As a Dutch person, it can be somewhat easy to take our everyday city design for granted. But after accidentally stumbling onto a random video on Youtube (one of many I later learned) praising the way Dutch cities are designed, it kind of makes you wonder why not more places are designed like this.
I am talking about the concept of walkable cities. Whether you need some groceries, run some small errands, pick up some medicine, or whatever, you don’t need to hop in the car to drive to the nearest shopping mall, you can probably find whatever you need in a 10, 15-minute radius, either on foot or with the bike.
Even though walkable cities are not exclusively Dutch, the commitment to casual transportation through cities (thorough biking infrastructure) and an increasing commitment to keep cars out of city centers, make it a country with some of the most comfortable and flexible ways of transportation in the world. Importantly, in contrast with countries like America, people in the Netherlands are generally not bound by a car for their everyday commutes and shopping.
And it’s not just convenient. Research shows that walkable cities also help people socialize, promoting community and decreasing loneliness. And it has a range of benefits in the areas of liveability, sustainability and health. For example, providing people with casual daily exercise, improved air quality, and generally more pleasant neighborhoods to live in.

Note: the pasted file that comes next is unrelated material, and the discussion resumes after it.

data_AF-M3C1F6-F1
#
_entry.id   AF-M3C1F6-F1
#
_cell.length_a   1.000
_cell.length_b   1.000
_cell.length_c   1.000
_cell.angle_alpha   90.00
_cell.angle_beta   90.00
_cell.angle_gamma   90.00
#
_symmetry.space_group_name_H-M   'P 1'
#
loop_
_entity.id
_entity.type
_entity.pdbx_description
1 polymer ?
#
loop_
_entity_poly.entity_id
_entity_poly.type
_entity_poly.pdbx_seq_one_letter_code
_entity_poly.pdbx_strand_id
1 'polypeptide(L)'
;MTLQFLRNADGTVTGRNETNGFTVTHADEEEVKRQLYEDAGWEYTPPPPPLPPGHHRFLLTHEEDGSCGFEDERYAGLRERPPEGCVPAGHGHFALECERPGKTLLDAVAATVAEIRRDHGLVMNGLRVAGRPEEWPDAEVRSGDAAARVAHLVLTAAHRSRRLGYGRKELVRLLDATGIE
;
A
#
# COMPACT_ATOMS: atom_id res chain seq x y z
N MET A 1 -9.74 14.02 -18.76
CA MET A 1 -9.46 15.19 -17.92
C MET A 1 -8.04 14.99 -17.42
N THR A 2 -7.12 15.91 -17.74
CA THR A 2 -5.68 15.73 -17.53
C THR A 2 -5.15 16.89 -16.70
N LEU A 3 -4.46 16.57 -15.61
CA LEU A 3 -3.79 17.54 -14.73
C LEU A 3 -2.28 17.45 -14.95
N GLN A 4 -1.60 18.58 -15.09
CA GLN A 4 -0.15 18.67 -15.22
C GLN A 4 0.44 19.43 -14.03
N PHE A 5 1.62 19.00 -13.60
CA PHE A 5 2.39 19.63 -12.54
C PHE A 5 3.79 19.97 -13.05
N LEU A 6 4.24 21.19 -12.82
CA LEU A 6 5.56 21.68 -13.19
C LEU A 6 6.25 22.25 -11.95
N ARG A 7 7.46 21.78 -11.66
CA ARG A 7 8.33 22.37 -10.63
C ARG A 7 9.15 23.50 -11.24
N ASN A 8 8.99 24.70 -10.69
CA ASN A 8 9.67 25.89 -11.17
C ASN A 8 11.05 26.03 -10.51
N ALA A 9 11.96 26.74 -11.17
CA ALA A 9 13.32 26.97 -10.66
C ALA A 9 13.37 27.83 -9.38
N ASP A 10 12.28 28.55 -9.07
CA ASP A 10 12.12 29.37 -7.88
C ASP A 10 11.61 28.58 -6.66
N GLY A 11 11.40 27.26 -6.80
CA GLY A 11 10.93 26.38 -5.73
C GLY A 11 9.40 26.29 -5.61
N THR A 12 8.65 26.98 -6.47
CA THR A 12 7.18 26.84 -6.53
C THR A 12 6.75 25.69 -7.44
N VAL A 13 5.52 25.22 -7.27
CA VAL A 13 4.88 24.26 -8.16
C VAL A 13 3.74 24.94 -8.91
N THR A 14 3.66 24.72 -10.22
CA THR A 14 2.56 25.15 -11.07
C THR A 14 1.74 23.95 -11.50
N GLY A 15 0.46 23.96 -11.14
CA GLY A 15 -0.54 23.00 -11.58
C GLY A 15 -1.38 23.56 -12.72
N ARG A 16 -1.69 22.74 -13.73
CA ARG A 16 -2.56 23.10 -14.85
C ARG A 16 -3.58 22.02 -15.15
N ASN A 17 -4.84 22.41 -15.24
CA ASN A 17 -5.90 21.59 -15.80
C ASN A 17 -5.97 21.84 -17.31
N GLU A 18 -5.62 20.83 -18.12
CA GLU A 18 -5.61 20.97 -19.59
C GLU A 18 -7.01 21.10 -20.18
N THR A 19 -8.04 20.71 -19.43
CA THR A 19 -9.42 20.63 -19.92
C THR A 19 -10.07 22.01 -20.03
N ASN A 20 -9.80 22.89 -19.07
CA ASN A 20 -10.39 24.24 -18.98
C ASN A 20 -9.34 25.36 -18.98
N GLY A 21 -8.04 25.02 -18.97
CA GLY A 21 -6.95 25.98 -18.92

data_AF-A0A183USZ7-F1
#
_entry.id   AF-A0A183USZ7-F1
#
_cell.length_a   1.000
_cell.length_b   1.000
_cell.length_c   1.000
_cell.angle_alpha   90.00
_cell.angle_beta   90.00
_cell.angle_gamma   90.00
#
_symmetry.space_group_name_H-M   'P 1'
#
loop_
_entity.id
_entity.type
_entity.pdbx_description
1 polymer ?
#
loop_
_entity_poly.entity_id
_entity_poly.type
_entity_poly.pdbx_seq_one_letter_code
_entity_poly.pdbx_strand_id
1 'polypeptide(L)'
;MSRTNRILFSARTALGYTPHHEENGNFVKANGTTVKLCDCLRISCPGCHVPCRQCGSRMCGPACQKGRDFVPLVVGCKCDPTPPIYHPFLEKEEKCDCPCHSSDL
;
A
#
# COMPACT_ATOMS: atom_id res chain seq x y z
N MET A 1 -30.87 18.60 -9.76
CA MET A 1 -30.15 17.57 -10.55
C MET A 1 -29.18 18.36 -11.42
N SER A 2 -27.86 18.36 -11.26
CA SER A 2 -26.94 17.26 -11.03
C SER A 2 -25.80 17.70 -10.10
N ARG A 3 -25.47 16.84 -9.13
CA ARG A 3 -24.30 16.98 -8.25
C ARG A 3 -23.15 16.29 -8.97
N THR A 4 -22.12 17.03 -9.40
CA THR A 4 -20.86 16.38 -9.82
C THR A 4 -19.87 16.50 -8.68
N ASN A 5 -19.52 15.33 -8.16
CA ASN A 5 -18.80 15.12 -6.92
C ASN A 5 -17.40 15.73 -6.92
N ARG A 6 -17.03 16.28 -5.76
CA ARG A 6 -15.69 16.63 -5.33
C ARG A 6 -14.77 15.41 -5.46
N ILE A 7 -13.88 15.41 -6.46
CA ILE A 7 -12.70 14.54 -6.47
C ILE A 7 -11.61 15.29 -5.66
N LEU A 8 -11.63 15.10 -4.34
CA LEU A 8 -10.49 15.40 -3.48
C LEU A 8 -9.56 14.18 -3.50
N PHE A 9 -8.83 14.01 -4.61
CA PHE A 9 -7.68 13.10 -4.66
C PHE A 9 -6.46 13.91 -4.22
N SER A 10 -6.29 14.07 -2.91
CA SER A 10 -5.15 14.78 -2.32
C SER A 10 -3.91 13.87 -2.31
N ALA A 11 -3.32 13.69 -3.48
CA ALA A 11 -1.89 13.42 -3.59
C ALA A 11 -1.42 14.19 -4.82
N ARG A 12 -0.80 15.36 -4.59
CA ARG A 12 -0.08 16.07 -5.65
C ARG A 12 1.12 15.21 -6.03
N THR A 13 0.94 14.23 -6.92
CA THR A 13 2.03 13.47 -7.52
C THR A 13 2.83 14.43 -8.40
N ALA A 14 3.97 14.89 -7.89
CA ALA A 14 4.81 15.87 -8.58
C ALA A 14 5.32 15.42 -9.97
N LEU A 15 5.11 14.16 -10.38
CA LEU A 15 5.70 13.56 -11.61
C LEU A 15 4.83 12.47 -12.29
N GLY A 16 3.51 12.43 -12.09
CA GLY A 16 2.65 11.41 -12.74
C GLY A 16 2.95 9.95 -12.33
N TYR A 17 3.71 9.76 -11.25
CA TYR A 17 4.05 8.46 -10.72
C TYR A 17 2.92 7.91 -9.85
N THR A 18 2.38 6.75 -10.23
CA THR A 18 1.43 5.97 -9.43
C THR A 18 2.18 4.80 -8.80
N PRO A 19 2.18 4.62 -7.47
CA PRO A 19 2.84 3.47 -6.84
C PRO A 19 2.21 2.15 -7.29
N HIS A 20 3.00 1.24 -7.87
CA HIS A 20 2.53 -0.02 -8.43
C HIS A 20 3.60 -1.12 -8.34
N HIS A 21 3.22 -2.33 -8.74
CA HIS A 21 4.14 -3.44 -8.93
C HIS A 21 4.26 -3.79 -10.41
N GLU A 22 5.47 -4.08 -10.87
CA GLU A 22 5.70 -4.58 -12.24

In a world that is slowly becoming aware of the enormous effect of urban development on our communities, (mental) health, and a general feeling of happiness, cities made for humans (instead of cars) might just become the Netherlands’ best export product. A bunch of urban design geeks on Youtube certainly seem to think so and we might agree!
If you want to dive into the same youtube rabbit hole as I did (or just stroke your Dutch ego), start with the channel ‘Not Just Bikes’. This guy has a lot of videos comparing Dutch cities to cities all over the world, explaining what exactly makes them so great.